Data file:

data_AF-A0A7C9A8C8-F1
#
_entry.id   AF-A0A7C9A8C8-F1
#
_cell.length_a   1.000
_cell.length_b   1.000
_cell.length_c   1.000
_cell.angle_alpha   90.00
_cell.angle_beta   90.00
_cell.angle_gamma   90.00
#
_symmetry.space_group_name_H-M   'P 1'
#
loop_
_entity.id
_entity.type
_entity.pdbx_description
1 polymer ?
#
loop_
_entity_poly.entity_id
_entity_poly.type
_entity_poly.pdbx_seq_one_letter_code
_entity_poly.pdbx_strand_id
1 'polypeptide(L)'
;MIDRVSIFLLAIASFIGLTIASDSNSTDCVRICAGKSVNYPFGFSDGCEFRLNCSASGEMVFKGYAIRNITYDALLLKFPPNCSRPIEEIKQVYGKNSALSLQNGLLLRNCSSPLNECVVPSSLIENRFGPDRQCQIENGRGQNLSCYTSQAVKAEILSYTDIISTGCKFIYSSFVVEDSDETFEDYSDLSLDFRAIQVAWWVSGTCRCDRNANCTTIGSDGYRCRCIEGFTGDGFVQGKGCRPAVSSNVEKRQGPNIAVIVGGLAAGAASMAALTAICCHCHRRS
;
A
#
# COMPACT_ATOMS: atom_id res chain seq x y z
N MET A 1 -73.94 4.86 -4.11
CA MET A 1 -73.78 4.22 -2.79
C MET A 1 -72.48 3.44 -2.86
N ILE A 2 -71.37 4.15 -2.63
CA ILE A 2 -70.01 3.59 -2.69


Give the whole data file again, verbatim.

data_AF-A0A7C9A8C8-F1
#
_entry.id   AF-A0A7C9A8C8-F1
#
_cell.length_a   1.000
_cell.length_b   1.000
_cell.length_c   1.000
_cell.angle_alpha   90.00
_cell.angle_beta   90.00
_cell.angle_gamma   90.00
#
_symmetry.space_group_name_H-M   'P 1'
#
loop_
_entity.id
_entity.type
_entity.pdbx_description
1 polymer ?
#
loop_
_entity_poly.entity_id
_entity_poly.type
_entity_poly.pdbx_seq_one_letter_code
_entity_poly.pdbx_strand_id
1 'polypeptide(L)'
;MIDRVSIFLLAIASFIGLTIASDSNSTDCVRICAGKSVNYPFGFSDGCEFRLNCSASGEMVFKGYAIRNITYDALLLKFPPNCSRPIEEIKQVYGKNSALSLQNGLLLRNCSSPLNECVVPSSLIENRFGPDRQCQIENGRGQNLSCYTSQAVKAEILSYTDIISTGCKFIYSSFVVEDSDETFEDYSDLSLDFRAIQVAWWVSGTCRCDRNANCTTIGSDGYRCRCIEGFTGDGFVQGKGCRPAVSSNVEKRQGPNIAVIVGGLAAGAASMAALTAICCHCHRRS
;
A
#
# COMPACT_ATOMS: atom_id res chain seq x y z
N MET A 1 -73.94 4.86 -4.11
CA MET A 1 -73.78 4.22 -2.79
C MET A 1 -72.48 3.44 -2.86
N ILE A 2 -71.37 4.15 -2.63
CA ILE A 2 -70.01 3.59 -2.69